Vicodin and Breastfeeding
Vicodin, a medication containing hydrocodone and acetaminophen, has been shown to pass through breast milk. The acetaminophen component of Vicodin is not likely to cause any problems. However, the hydrocodone component is a narcotic that could cause significant problems in a breastfeeding infant.
Vicodin and Breastfeeding: An OverviewIt is unknown if Vicodin® (hydrocodone/APAP) passes through breast milk. If you are breastfeeding or are thinking about breastfeeding, talk with your healthcare provider before taking Vicodin. The manufacturer does not recommend that women use this medication while breastfeeding.
Vicodin and Breastfeeding: What Does the Research Say?
Vicodin contains two different medications: hydrocodone bitartrate (a narcotic) and acetaminophen (Tylenol®, also known as APAP). The acetaminophen component does pass through breast milk, but it is not likely to cause problems (see Tylenol and Breastfeeding).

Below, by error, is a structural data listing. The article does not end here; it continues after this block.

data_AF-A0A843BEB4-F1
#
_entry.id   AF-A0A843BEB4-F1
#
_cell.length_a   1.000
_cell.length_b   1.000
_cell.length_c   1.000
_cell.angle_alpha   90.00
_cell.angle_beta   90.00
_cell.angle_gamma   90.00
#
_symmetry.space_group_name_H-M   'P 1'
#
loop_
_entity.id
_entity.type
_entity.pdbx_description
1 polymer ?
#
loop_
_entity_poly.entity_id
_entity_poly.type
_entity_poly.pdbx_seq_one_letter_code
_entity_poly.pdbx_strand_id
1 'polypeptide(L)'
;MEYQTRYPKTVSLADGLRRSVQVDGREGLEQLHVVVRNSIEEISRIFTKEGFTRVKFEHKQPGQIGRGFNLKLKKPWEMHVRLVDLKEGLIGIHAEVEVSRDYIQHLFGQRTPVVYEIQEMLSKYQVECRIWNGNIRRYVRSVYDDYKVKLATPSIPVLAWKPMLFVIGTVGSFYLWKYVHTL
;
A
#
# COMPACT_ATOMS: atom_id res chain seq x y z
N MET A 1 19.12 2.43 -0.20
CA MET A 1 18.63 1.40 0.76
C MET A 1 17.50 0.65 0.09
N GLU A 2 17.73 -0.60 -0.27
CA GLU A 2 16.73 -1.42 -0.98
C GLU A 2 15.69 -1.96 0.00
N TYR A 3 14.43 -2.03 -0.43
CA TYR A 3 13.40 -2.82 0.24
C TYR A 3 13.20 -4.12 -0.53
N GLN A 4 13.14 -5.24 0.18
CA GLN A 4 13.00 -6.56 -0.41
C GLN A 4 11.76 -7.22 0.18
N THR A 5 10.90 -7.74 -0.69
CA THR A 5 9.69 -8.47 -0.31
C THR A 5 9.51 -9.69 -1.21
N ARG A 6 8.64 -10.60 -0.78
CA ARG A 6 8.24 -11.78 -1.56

Until relatively recently, it was unknown if hydrocodone passes through breast milk. However, it is now known that hydrocodone does pass through breast milk. As a narcotic, it could cause significant problems in a nursing infant.
Vicodin (or another similar medication) is often prescribed to women for pain immediately after childbirth. In this situation, it is likely that only a little of this medication passes to the baby, since the mother is usually producing only very small amounts of colostrum. However, once the mother's milk "comes in," it may be a good idea to avoid (or at least limit) the use of this medication.
If you are taking this medication while breastfeeding and notice unusual, significant drowsiness, difficulty breathing, or limpness in your child, seek immediate medical attention.